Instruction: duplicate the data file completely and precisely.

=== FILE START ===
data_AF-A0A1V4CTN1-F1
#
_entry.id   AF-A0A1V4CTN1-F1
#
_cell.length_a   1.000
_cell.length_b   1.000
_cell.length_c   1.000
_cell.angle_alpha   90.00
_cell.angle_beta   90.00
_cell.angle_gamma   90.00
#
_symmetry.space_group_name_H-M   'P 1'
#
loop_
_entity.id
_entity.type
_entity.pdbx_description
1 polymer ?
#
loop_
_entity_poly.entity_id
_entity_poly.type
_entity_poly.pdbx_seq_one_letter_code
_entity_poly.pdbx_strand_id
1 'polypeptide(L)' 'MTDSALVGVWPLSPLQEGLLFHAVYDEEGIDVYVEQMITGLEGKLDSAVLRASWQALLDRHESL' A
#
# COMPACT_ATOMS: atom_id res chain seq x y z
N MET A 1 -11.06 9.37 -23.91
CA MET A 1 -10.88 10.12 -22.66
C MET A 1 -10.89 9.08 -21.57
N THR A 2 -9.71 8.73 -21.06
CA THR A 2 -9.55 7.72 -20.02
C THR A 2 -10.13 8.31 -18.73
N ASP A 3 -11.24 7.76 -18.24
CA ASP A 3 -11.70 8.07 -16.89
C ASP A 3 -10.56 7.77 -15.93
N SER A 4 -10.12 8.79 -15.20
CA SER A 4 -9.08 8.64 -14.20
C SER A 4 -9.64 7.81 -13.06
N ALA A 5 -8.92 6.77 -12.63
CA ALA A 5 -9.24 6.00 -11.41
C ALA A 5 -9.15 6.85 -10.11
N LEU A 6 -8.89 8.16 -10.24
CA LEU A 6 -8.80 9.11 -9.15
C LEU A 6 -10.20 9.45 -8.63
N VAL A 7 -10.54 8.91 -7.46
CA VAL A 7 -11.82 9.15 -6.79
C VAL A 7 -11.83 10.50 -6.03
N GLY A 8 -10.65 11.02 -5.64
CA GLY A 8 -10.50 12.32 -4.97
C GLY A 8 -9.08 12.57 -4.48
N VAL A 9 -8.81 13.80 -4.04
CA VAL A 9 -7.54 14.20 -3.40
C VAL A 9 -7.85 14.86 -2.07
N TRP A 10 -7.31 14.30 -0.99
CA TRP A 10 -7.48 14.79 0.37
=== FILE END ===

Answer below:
data_AF-A0A1V4CTN1-F1
#
_entry.id   AF-A0A1V4CTN1-F1
#
_cell.length_a   1.000
_cell.length_b   1.000
_cell.length_c   1.000
_cell.angle_alpha   90.00
_cell.angle_beta   90.00
_cell.angle_gamma   90.00
#
_symmetry.space_group_name_H-M   'P 1'
#
loop_
_entity.id
_entity.type
_entity.pdbx_description
1 polymer ?
#
loop_
_entity_poly.entity_id
_entity_poly.type
_entity_poly.pdbx_seq_one_letter_code
_entity_poly.pdbx_strand_id
1 'polypeptide(L)' 'MTDSALVGVWPLSPLQEGLLFHAVYDEEGIDVYVEQMITGLEGKLDSAVLRASWQALLDRHESL' A
#
# COMPACT_ATOMS: atom_id res chain seq x y z
N MET A 1 -11.06 9.37 -23.91
CA MET A 1 -10.88 10.12 -22.66
C MET A 1 -10.89 9.08 -21.57
N THR A 2 -9.71 8.73 -21.06
CA THR A 2 -9.55 7.72 -20.02
C THR A 2 -10.13 8.31 -18.73
N ASP A 3 -11.24 7.76 -18.24
CA ASP A 3 -11.70 8.07 -16.89
C ASP A 3 -10.56 7.77 -15.93
N SER A 4 -10.12 8.79 -15.20
CA SER A 4 -9.08 8.64 -14.20
C SER A 4 -9.64 7.81 -13.06
N ALA A 5 -8.92 6.77 -12.63
CA ALA A 5 -9.24 6.00 -11.41
C ALA A 5 -9.15 6.85 -10.11
N LEU A 6 -8.89 8.16 -10.24
CA LEU A 6 -8.80 9.11 -9.15
C LEU A 6 -10.20 9.45 -8.63
N VAL A 7 -10.54 8.91 -7.46
CA VAL A 7 -11.82 9.15 -6.79
C VAL A 7 -11.83 10.50 -6.03
N GLY A 8 -10.65 11.02 -5.64
CA GLY A 8 -10.50 12.32 -4.97
C GLY A 8 -9.08 12.57 -4.48
N VAL A 9 -8.81 13.80 -4.04
CA VAL A 9 -7.54 14.20 -3.40
C VAL A 9 -7.85 14.86 -2.07
N TRP A 10 -7.31 14.30 -0.99
CA TRP A 10 -7.48 14.79 0.37